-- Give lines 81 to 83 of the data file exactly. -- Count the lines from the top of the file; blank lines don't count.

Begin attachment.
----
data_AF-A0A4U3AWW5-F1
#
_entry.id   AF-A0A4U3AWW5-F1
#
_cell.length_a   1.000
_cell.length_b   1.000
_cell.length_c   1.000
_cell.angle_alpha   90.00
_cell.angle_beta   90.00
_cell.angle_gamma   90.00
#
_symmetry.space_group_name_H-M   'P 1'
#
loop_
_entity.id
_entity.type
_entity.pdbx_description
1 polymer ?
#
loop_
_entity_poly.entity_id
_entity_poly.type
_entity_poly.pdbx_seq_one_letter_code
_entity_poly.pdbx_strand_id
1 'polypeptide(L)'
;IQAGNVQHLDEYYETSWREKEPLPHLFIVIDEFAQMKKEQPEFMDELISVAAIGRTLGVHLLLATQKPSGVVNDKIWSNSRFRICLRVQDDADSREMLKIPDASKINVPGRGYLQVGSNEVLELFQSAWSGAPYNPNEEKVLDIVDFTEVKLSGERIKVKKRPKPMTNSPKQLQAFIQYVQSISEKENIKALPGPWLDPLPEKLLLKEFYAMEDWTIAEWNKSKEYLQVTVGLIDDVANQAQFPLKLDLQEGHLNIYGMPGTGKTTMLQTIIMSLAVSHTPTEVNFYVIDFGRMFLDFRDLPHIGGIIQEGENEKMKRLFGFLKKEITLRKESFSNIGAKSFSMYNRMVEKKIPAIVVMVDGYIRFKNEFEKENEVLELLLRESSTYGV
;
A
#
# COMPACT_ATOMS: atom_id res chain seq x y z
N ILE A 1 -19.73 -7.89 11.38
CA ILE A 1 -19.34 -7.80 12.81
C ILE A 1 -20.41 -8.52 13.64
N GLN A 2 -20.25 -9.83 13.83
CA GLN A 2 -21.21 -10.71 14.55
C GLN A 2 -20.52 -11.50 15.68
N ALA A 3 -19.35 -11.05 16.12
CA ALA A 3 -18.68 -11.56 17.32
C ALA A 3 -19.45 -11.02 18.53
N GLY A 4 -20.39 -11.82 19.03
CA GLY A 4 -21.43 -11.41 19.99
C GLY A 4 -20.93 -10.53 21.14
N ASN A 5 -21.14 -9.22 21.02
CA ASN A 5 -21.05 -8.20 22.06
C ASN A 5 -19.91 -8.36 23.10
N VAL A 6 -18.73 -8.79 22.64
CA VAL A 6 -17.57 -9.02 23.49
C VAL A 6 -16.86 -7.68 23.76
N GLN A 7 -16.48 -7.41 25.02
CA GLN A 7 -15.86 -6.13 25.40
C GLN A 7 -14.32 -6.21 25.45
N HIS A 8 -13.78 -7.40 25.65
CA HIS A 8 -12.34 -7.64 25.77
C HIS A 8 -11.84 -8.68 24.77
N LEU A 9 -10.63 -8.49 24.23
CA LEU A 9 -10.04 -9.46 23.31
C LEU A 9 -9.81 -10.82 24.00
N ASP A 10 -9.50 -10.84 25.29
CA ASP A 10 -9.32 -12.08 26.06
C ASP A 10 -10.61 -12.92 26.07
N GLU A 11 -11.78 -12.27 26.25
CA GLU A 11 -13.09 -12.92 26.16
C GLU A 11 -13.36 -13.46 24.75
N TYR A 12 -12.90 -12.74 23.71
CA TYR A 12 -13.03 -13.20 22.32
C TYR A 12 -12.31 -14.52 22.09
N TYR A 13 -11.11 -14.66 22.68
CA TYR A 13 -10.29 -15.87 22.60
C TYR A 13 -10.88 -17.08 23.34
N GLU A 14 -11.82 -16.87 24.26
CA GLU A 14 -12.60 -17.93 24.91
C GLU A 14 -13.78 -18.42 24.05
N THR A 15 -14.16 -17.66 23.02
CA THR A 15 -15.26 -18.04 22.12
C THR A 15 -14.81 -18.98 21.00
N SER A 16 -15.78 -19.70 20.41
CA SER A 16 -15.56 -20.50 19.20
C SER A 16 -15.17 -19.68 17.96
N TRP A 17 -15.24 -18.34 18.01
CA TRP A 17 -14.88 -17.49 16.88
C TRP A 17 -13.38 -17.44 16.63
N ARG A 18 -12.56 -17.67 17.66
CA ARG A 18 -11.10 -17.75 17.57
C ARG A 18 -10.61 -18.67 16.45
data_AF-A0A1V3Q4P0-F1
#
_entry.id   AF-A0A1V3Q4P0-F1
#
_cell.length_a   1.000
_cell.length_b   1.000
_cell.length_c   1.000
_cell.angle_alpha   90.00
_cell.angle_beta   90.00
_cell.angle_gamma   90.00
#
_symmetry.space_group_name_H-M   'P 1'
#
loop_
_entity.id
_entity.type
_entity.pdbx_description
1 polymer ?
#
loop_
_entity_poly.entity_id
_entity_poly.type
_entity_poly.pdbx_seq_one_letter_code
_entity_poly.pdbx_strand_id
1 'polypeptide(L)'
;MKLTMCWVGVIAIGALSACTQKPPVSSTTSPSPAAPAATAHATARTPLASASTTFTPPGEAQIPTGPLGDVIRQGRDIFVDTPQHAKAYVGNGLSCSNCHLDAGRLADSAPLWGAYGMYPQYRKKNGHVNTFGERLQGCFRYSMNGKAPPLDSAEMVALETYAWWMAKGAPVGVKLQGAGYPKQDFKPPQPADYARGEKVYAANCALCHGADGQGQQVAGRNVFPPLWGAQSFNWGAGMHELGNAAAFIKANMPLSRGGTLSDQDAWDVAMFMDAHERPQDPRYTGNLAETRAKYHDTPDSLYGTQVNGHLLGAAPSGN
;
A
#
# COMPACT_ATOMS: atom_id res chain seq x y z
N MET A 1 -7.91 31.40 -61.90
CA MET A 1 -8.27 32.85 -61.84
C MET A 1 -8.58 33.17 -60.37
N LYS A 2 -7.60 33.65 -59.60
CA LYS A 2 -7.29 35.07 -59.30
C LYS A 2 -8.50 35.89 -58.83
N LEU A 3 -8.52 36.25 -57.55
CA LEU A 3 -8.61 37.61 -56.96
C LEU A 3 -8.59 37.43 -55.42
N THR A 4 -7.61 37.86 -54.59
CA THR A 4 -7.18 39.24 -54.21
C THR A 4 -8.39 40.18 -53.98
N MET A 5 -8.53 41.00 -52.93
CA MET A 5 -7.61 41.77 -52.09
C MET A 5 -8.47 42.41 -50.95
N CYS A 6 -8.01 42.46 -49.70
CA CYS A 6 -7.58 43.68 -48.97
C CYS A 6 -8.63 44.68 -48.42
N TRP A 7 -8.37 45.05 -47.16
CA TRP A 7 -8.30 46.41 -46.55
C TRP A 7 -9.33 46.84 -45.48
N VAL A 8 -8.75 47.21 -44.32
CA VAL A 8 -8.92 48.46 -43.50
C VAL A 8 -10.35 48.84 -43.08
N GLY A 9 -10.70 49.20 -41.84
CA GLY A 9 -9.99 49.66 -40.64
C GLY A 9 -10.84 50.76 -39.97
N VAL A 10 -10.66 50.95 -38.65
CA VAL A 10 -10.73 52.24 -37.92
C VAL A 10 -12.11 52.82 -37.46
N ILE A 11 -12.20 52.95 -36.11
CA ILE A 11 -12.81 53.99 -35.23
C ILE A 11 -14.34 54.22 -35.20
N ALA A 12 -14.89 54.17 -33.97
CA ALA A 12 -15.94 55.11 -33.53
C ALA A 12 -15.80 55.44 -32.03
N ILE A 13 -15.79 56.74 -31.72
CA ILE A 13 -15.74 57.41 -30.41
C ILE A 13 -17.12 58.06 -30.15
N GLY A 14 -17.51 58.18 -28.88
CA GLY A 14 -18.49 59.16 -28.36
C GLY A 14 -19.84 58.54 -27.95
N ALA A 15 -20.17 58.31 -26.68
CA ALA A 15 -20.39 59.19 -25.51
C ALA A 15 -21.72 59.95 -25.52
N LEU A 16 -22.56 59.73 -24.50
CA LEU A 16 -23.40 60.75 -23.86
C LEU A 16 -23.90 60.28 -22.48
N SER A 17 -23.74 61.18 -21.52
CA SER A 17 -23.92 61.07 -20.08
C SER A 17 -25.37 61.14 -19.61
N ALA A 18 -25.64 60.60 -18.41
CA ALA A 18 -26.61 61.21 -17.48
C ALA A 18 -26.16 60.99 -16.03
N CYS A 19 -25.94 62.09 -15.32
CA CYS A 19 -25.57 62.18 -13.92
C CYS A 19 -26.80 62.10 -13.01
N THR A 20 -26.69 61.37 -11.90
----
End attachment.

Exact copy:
C TRP A 17 -13.38 -17.44 16.63
N ARG A 18 -12.56 -17.67 17.66
CA ARG A 18 -11.10 -17.75 17.57